Why Hair Grows from Your Nipples and Other Inconvenient Places
One day you’re lotioning up after a shower, and then you see it: a hair. Right there. On your nipple. There’s no reason to freak, though. “Our body has hair follicles and oil glands all over, including around the nipples, so there is always the potential for hair growth,” says Lance Brown, M.D., a New York dermatologist. Of the approximately 50 million hair follicles covering your body, only one-fifth of them are located on your scalp, which leaves plenty of other places for random strands to pop up.
The Most Common Places You’ll Find Body Hair
In addition to your nipples, your ear lobes, chin, and belly button are three other areas that it’s pretty common for hair to sprout from. When it comes your nipples, hair generally pops up on or right outside of the areola. On your ears, we’re not talking about an old-man forest growing, but you may find a solitary coarse hair on your lobe fighting with your earring for attention. On your abdomen, you may find yourself with a more pronounced patch of hair from your navel to your pubes or a few random hairs around your belly button. Your chin, meanwhile, is one of the most common places to find stragglers.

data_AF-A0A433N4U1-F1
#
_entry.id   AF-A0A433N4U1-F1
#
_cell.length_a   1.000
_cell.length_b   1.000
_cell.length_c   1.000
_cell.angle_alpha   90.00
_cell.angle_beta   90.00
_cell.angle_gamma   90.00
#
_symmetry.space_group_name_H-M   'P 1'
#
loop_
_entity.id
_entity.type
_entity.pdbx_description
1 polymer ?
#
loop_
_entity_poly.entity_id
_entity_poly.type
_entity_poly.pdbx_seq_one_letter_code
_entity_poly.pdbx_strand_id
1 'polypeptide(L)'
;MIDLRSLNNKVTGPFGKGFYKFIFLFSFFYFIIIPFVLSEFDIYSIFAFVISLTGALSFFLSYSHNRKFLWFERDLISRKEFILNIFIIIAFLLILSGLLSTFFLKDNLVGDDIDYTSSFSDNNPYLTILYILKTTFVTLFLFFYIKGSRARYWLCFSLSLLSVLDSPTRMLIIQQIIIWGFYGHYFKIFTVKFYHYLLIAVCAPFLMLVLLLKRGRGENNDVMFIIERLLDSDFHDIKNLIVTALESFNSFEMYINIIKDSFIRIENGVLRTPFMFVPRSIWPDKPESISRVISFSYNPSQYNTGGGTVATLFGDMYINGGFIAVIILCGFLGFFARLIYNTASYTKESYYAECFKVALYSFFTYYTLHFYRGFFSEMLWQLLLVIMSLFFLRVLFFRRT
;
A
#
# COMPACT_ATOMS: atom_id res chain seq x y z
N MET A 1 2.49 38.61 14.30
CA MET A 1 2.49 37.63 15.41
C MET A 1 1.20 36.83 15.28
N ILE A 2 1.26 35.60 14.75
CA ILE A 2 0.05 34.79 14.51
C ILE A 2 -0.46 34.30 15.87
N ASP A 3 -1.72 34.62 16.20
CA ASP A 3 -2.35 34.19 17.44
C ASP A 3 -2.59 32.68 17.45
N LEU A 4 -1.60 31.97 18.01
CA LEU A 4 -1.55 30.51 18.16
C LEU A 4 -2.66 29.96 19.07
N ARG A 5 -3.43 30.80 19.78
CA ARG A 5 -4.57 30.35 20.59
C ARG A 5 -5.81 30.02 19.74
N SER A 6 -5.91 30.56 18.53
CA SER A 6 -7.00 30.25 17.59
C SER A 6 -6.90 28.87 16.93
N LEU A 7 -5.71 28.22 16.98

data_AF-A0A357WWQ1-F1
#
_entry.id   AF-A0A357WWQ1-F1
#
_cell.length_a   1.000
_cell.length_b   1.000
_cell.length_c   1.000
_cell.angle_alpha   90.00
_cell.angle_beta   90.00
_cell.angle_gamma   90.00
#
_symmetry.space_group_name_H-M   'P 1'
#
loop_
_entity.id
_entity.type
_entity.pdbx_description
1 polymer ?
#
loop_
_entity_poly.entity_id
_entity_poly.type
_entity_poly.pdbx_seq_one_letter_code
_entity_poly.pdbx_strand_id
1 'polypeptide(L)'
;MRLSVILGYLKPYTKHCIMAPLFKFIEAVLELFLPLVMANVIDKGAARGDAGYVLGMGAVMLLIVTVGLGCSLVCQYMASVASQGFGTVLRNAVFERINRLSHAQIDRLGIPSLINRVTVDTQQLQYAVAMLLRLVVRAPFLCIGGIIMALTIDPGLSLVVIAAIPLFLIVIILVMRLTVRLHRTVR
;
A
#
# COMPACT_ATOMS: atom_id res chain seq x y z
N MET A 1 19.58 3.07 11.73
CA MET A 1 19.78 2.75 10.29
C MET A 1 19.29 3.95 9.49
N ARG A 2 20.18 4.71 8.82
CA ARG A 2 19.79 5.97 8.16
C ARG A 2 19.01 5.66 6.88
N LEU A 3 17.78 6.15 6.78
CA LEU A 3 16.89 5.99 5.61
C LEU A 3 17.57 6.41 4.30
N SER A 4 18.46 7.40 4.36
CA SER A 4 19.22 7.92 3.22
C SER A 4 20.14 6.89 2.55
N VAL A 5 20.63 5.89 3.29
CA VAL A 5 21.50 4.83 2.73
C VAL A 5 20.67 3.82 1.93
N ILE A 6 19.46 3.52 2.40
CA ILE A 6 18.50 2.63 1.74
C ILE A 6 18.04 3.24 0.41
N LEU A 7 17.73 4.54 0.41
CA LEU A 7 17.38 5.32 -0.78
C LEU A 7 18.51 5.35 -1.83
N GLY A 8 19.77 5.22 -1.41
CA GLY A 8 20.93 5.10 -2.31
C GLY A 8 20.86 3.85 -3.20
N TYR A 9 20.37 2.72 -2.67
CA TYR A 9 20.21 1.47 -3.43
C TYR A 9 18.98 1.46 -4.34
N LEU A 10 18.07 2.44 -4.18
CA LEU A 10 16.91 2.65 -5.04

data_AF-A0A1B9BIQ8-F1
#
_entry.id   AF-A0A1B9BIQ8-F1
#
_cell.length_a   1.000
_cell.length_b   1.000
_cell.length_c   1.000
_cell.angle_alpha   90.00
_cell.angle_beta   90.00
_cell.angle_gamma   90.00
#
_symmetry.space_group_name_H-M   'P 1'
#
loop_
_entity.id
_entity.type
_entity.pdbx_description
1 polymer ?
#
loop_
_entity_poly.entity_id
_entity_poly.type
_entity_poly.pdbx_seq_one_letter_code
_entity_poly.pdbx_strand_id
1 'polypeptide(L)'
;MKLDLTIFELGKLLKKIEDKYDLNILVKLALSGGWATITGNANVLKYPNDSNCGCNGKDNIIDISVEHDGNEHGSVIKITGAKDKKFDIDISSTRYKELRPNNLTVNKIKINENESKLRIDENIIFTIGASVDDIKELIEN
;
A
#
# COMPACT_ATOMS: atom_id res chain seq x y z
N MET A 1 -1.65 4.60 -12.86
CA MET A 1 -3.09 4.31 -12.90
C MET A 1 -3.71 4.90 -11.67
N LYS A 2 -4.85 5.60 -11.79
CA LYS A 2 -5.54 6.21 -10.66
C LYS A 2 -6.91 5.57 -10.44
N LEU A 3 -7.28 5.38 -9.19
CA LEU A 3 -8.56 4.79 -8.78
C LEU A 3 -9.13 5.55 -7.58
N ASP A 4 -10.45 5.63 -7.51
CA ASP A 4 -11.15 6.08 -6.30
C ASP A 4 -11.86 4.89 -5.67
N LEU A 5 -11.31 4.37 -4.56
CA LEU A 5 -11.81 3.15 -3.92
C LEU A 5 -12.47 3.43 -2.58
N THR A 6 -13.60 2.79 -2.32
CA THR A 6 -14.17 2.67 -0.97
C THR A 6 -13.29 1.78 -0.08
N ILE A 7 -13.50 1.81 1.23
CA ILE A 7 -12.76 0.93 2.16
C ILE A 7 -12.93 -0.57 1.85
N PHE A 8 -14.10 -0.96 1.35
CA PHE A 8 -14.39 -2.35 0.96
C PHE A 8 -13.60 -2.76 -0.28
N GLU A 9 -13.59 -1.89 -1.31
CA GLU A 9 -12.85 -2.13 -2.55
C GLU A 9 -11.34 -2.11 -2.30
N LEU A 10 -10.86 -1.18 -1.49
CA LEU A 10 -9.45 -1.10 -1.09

Why It Happens
If you’re just finding a few strays, it’s more likely that your new hairy friends are due to hormonal fluctuations, such as the ones that accompany pregnancy or menopause. Certain medications can also cause excessive hair growth, such as testosterone, danazol, anabolic steroids, glucocorticoids, cyclosporine, minoxidil, and phenytoin. If you’re finding more than just the odd hair popping up, you could have hirsutism, a condition that causes excessive, coarse body hair in women. Hirsutism can be genetic (thanks, Mom!), or it could mean that you have a more serious condition, like polycystic ovary syndrome (PCOS). However, PCOS is relatively rare, effecting just five to 10 percent of women worldwide.
How to Deal with the Fuzz
While it’s good news that those hairy new arrivals don’t often signal a significant health problem, it doesn’t mean they’re welcome additions to your bod. Shaving or waxing may be a better fit for larger patches of hair on your abdomen or chin. If you’re looking for a more permanent fix (and don’t mind telling a stranger about those under-the-bra babies), Brown recommends laser hair removal. It will provide all long-term solution and cut down on time between shaving.